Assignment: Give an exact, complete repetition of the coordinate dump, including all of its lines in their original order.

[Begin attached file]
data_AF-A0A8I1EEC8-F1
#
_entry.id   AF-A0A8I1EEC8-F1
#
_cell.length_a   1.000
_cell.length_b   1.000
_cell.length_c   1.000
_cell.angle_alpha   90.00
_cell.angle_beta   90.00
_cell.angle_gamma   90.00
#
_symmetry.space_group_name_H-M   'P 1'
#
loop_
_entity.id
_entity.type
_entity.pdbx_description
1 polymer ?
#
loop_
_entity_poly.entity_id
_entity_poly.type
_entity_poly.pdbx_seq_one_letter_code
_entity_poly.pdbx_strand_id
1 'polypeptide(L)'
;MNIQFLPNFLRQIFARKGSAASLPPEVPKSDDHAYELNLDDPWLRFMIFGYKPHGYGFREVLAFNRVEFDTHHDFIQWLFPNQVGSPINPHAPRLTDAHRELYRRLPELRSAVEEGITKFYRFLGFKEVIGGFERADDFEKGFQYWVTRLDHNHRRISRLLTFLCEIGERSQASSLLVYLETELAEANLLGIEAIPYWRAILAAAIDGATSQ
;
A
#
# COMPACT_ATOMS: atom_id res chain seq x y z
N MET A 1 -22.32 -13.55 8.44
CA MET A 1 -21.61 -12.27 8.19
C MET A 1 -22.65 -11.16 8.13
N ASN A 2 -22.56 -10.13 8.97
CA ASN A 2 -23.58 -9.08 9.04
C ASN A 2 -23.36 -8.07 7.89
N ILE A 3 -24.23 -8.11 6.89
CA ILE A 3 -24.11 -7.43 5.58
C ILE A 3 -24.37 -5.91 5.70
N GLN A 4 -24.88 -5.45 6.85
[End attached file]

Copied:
data_AF-A0A8I1EEC8-F1
#
_entry.id   AF-A0A8I1EEC8-F1
#
_cell.length_a   1.000
_cell.length_b   1.000
_cell.length_c   1.000
_cell.angle_alpha   90.00
_cell.angle_beta   90.00
_cell.angle_gamma   90.00
#
_symmetry.space_group_name_H-M   'P 1'
#
loop_
_entity.id
_entity.type
_entity.pdbx_description
1 polymer ?
#
loop_
_entity_poly.entity_id
_entity_poly.type
_entity_poly.pdbx_seq_one_letter_code
_entity_poly.pdbx_strand_id
1 'polypeptide(L)'
;MNIQFLPNFLRQIFARKGSAASLPPEVPKSDDHAYELNLDDPWLRFMIFGYKPHGYGFREVLAFNRVEFDTHHDFIQWLFPNQVGSPINPHAPRLTDAHRELYRRLPELRSAVEEGITKFYRFLGFKEVIGGFERADDFEKGFQYWVTRLDHNHRRISRLLTFLCEIGERSQASSLLVYLETELAEANLLGIEAIPYWRAILAAAIDGATSQ
;
A
#
# COMPACT_ATOMS: atom_id res chain seq x y z
N MET A 1 -22.32 -13.55 8.44
CA MET A 1 -21.61 -12.27 8.19
C MET A 1 -22.65 -11.16 8.13
N ASN A 2 -22.56 -10.13 8.97
CA ASN A 2 -23.58 -9.08 9.04
C ASN A 2 -23.36 -8.07 7.89
N ILE A 3 -24.23 -8.11 6.89
CA ILE A 3 -24.11 -7.43 5.58
C ILE A 3 -24.37 -5.91 5.70
N GLN A 4 -24.88 -5.45 6.85